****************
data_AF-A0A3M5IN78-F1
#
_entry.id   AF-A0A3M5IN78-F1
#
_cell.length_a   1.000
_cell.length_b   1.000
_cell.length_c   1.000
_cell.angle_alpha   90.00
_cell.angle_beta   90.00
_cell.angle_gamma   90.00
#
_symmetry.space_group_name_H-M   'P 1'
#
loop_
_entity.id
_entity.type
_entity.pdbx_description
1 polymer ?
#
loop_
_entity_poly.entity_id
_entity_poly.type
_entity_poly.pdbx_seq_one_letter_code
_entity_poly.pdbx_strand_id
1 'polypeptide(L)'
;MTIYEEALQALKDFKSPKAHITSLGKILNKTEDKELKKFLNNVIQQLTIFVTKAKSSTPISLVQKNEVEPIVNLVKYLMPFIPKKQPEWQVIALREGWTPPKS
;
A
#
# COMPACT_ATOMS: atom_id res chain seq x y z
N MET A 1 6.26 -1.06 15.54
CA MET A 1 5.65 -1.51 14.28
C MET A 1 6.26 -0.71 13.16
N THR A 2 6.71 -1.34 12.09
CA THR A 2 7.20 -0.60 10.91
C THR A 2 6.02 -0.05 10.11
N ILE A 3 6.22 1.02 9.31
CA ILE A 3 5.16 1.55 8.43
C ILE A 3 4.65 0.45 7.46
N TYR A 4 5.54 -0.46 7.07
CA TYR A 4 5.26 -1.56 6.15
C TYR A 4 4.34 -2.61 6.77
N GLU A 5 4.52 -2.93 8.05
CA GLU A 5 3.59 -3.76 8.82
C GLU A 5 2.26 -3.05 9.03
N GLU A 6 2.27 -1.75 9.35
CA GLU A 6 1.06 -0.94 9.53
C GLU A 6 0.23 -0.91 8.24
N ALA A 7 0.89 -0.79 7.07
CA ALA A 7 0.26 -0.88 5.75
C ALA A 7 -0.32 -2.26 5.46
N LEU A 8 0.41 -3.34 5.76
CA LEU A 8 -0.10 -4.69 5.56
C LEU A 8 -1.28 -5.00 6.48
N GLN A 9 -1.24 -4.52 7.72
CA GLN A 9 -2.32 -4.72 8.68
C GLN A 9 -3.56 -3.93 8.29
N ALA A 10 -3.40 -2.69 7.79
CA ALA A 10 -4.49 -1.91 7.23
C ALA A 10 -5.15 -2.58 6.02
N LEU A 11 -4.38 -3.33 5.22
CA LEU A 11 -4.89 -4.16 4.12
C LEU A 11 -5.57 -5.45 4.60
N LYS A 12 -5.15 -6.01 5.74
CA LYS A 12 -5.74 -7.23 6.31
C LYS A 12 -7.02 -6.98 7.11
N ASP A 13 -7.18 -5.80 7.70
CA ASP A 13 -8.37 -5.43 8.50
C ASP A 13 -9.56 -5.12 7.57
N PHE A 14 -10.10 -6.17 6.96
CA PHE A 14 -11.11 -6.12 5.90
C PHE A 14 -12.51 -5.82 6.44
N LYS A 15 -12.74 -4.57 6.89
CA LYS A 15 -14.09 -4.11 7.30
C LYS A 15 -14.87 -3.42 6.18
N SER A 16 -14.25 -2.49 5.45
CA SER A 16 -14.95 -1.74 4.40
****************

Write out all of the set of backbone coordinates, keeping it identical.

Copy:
data_AF-A0A3M5IN78-F1
#
_entry.id   AF-A0A3M5IN78-F1
#
_cell.length_a   1.000
_cell.length_b   1.000
_cell.length_c   1.000
_cell.angle_alpha   90.00
_cell.angle_beta   90.00
_cell.angle_gamma   90.00
#
_symmetry.space_group_name_H-M   'P 1'
#
loop_
_entity.id
_entity.type
_entity.pdbx_description
1 polymer ?
#
loop_
_entity_poly.entity_id
_entity_poly.type
_entity_poly.pdbx_seq_one_letter_code
_entity_poly.pdbx_strand_id
1 'polypeptide(L)'
;MTIYEEALQALKDFKSPKAHITSLGKILNKTEDKELKKFLNNVIQQLTIFVTKAKSSTPISLVQKNEVEPIVNLVKYLMPFIPKKQPEWQVIALREGWTPPKS
;
A
#
# COMPACT_ATOMS: atom_id res chain seq x y z
N MET A 1 6.26 -1.06 15.54
CA MET A 1 5.65 -1.51 14.28
C MET A 1 6.26 -0.71 13.16
N THR A 2 6.71 -1.34 12.09
CA THR A 2 7.20 -0.60 10.91
C THR A 2 6.02 -0.05 10.11
N ILE A 3 6.22 1.02 9.31
CA ILE A 3 5.16 1.55 8.43
C ILE A 3 4.65 0.45 7.46
N TYR A 4 5.54 -0.46 7.07
CA TYR A 4 5.26 -1.56 6.15
C TYR A 4 4.34 -2.61 6.77
N GLU A 5 4.52 -2.93 8.05
CA GLU A 5 3.59 -3.76 8.82
C GLU A 5 2.26 -3.05 9.03
N GLU A 6 2.27 -1.75 9.35
CA GLU A 6 1.06 -0.94 9.53
C GLU A 6 0.23 -0.91 8.24
N ALA A 7 0.89 -0.79 7.07
CA ALA A 7 0.26 -0.88 5.75
C ALA A 7 -0.32 -2.26 5.46
N LEU A 8 0.41 -3.34 5.76
CA LEU A 8 -0.10 -4.69 5.56
C LEU A 8 -1.28 -5.00 6.48
N GLN A 9 -1.24 -4.52 7.72
CA GLN A 9 -2.32 -4.72 8.68
C GLN A 9 -3.56 -3.93 8.29
N ALA A 10 -3.40 -2.69 7.79
CA ALA A 10 -4.49 -1.91 7.23
C ALA A 10 -5.15 -2.58 6.02
N LEU A 11 -4.38 -3.33 5.22
CA LEU A 11 -4.89 -4.16 4.12
C LEU A 11 -5.57 -5.45 4.60
N LYS A 12 -5.15 -6.01 5.74
CA LYS A 12 -5.74 -7.23 6.31
C LYS A 12 -7.02 -6.98 7.11
N ASP A 13 -7.18 -5.80 7.70
CA ASP A 13 -8.37 -5.43 8.50
C ASP A 13 -9.56 -5.12 7.57
N PHE A 14 -10.10 -6.17 6.96
CA PHE A 14 -11.11 -6.12 5.90
C PHE A 14 -12.51 -5.82 6.44
N LYS A 15 -12.74 -4.57 6.89
CA LYS A 15 -14.09 -4.11 7.30
C LYS A 15 -14.87 -3.42 6.18
N SER A 16 -14.25 -2.49 5.45
CA SER A 16 -14.95 -1.74 4.40